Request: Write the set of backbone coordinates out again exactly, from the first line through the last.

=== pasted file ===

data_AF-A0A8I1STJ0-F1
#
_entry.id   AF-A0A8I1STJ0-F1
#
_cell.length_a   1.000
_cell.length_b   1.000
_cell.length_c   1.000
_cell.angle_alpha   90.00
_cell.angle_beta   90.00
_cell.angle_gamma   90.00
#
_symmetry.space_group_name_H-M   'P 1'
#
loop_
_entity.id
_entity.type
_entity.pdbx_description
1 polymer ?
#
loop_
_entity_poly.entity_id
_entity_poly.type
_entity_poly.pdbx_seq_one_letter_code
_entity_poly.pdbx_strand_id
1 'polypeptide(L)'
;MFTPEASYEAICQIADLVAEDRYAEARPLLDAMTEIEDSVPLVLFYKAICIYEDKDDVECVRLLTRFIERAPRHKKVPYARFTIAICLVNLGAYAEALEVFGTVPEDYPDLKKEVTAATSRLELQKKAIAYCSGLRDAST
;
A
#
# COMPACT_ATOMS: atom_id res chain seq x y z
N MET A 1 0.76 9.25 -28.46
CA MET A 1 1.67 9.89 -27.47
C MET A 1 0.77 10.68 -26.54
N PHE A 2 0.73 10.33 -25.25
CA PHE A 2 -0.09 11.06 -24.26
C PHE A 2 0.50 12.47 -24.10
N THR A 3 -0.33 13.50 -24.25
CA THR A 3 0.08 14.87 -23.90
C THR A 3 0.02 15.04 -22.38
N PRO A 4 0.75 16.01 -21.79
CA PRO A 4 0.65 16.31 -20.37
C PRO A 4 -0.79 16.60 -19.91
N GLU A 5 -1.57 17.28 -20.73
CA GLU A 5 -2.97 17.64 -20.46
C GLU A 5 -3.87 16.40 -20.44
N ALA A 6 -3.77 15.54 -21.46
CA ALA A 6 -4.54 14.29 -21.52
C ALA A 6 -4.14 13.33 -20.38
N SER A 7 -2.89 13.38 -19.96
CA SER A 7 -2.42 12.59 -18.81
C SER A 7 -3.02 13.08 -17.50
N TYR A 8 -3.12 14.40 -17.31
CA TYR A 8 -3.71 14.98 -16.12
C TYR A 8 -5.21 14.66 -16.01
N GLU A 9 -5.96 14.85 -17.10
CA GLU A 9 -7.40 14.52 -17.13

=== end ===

data_AF-A0A8I1STJ0-F1
#
_entry.id   AF-A0A8I1STJ0-F1
#
_cell.length_a   1.000
_cell.length_b   1.000
_cell.length_c   1.000
_cell.angle_alpha   90.00
_cell.angle_beta   90.00
_cell.angle_gamma   90.00
#
_symmetry.space_group_name_H-M   'P 1'
#
loop_
_entity.id
_entity.type
_entity.pdbx_description
1 polymer ?
#
loop_
_entity_poly.entity_id
_entity_poly.type
_entity_poly.pdbx_seq_one_letter_code
_entity_poly.pdbx_strand_id
1 'polypeptide(L)'
;MFTPEASYEAICQIADLVAEDRYAEARPLLDAMTEIEDSVPLVLFYKAICIYEDKDDVECVRLLTRFIERAPRHKKVPYARFTIAICLVNLGAYAEALEVFGTVPEDYPDLKKEVTAATSRLELQKKAIAYCSGLRDAST
;
A
#
# COMPACT_ATOMS: atom_id res chain seq x y z
N MET A 1 0.76 9.25 -28.46
CA MET A 1 1.67 9.89 -27.47
C MET A 1 0.77 10.68 -26.54
N PHE A 2 0.73 10.33 -25.25
CA PHE A 2 -0.09 11.06 -24.26
C PHE A 2 0.50 12.47 -24.10
N THR A 3 -0.33 13.50 -24.25
CA THR A 3 0.08 14.87 -23.90
C THR A 3 0.02 15.04 -22.38
N PRO A 4 0.75 16.01 -21.79
CA PRO A 4 0.65 16.31 -20.37
C PRO A 4 -0.79 16.60 -19.91
N GLU A 5 -1.57 17.28 -20.73
CA GLU A 5 -2.97 17.64 -20.46
C GLU A 5 -3.87 16.40 -20.44
N ALA A 6 -3.77 15.54 -21.46
CA ALA A 6 -4.54 14.29 -21.52
C ALA A 6 -4.14 13.33 -20.38
N SER A 7 -2.89 13.38 -19.96
CA SER A 7 -2.42 12.59 -18.81
C SER A 7 -3.02 13.08 -17.50
N TYR A 8 -3.12 14.40 -17.31
CA TYR A 8 -3.71 14.98 -16.12
C TYR A 8 -5.21 14.66 -16.01
N GLU A 9 -5.96 14.85 -17.10
CA GLU A 9 -7.40 14.52 -17.13